Nouns

der Schlüssel - the key (m)
der Stadtplan - the city map (m)
Note: These masculine nouns will come up as direct objects (accusative case):
den Schlüssel, den Stadtplan

die Handynummer - the cell phone number (f)
die Adresse - the address (f)
die Zeitung - the newspaper (f)
die Wohnung - the apartment (f)
Note: Feminine nouns have the same article as subjects and direct objects: "die X."

das Buch - the book (n)
das Foto - the photo (n)
Note: Neuter nouns have the same article as subjects and direct objects: "das X."

Verbs

geben - to give
[ich gebe, du gibst, er/sie gibt, wir geben, ihr gebt, sie/Sie geben]

zeigen - to show
[ich zeige, du zeigst, er/sie zeigt, wir zeigen, ihr zeigt, sie/Sie zeigen]

Other Key Vocabulary

Kann ich ... geben?  - Can I ... give? [können]
Geben Sie doch ... - Do give ... [imperative, formal]
warum - why
sie wollen - they want [wollen]
 
If you like our games, please SHARE us with your friends.

More Than a German Language Game

Remember: You can learn and practice German online for FREE with our 36-Scene German 1 Story: "Michael in Deutschland" and our 72-Scene German 2 Mystery Story Sequel: "Blüten in Berlin?"
("Blüten" means blossoms in German - but you'll find out that it has another, darker meaning).
Just login HERE.
And, if you have any language questions  - don't hesitate to contact us!


German Language Game: Practice Pronouns



A quick interactive "Word Invader" German Language Game  to practice pronouns.
Review the subject, indirect object, and direct object forms:
• ich mir mich (I, to me, me)
• du dir dich (you, to you, you [familiar])
• er ihm ihn (he, to him, him)
• sie, ihr sie (she, to her, her)
• wir uns uns (we, to us, us)
• ihr euch euch (you-all, to you-all, you-all)
• sie ihnen sie (they, to them, them)
• Sie Ihnen sie (you, to you, you [formal])

Note that "uns" means both "us" and "to us" and "euch" means both "to you-all" and the direct object "you-all".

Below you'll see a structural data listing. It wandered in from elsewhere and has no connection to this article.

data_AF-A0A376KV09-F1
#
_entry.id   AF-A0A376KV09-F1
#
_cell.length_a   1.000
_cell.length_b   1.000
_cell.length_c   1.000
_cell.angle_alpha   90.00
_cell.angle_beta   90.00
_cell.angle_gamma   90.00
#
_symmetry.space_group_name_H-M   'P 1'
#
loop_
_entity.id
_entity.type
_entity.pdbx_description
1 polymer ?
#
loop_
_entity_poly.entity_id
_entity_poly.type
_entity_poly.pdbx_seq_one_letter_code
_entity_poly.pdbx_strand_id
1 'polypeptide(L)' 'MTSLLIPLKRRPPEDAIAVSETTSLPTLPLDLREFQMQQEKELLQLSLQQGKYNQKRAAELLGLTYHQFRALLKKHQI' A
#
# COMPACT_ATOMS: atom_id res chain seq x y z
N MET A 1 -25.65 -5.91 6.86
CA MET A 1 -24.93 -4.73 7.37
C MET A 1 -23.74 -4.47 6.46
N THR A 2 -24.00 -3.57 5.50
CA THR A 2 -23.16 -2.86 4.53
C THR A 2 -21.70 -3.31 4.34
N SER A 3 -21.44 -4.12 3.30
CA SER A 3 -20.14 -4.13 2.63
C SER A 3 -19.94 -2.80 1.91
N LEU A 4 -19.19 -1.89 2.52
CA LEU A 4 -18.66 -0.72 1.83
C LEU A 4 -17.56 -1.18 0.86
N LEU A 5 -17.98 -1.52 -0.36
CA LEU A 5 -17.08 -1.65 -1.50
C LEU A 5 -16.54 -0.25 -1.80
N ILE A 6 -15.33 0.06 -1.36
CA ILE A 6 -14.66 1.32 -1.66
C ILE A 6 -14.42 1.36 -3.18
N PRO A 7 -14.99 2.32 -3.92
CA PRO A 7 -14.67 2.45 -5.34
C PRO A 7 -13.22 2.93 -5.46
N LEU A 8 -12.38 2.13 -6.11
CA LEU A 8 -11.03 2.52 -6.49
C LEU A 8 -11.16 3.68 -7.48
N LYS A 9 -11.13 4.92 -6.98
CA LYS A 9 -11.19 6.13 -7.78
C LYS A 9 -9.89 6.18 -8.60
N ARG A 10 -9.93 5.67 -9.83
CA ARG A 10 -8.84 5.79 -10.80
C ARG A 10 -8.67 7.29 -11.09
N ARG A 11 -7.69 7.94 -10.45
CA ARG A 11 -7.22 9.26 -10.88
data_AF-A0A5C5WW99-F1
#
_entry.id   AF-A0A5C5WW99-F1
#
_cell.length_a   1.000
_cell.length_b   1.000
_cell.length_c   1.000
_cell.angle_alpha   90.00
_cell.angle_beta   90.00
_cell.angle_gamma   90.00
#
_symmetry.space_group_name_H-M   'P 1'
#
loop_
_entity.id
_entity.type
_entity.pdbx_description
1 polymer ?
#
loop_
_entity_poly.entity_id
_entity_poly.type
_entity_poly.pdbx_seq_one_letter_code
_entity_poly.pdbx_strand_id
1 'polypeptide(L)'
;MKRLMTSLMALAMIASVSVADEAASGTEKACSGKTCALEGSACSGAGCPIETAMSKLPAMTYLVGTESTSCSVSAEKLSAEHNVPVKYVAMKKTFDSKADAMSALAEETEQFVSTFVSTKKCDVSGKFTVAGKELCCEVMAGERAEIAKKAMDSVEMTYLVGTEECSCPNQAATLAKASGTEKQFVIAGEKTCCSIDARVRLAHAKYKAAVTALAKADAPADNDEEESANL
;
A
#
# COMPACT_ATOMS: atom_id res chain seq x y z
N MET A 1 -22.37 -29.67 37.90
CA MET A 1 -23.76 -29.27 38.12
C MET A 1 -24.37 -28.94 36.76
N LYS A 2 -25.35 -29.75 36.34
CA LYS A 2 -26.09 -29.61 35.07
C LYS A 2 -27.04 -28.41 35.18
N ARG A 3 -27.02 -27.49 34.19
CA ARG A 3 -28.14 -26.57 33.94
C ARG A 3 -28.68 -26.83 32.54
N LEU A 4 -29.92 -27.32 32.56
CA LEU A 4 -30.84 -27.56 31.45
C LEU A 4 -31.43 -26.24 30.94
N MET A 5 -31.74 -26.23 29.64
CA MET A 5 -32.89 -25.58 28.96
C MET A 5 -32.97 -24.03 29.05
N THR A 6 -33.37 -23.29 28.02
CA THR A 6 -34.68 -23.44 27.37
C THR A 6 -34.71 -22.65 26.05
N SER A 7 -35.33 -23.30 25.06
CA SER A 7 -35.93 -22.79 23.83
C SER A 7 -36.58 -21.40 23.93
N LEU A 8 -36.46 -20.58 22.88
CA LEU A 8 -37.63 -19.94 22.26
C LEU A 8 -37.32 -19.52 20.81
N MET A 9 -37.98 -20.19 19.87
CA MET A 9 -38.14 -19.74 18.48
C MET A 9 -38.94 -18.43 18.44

Vocabulary

In the German Pronoun Word Invader Game, you'll put together 12 simple sentences using subject, indirect object, and direct object pronouns. Other vocabulary items in the game:
• kennen - to know
• zeigen - to show
• geben - to give
• anrufen - to call (by phone)
• suchen - to look for
• sehen - to see
• sagen - to say, tell
• wollen - to want
• die Adresse - the address
• der Schlüssel - the key
• das Foto - the photo
• die Handynummer - the cell phone number
 
If you like our games, please SHARE us with your friends.

More Than a German Language Game

Don't forget, you can learn and practice German online for FREE with our 36-Scene German 1 Story: "Michael in Deutschland" and our 72-Scene German 2 Mystery Story Sequel: "Blüten in Berlin?"
("Blüten" means blossoms in German - but you'll find out that it has another, more sinister meaning).
Just login HERE.
And, if you have any language questions  - don't hesitate to contact us!


Spanish Language Story: El viaje de David 5



Spanish Language Story: Part 5 of David's trip to Spain (El viaje de David 5 - En Sevilla).
Level: Low Intermediate (B1).
The Story: 5 1/2 minutes. Shootout Game (10 key verbs): 1 minute.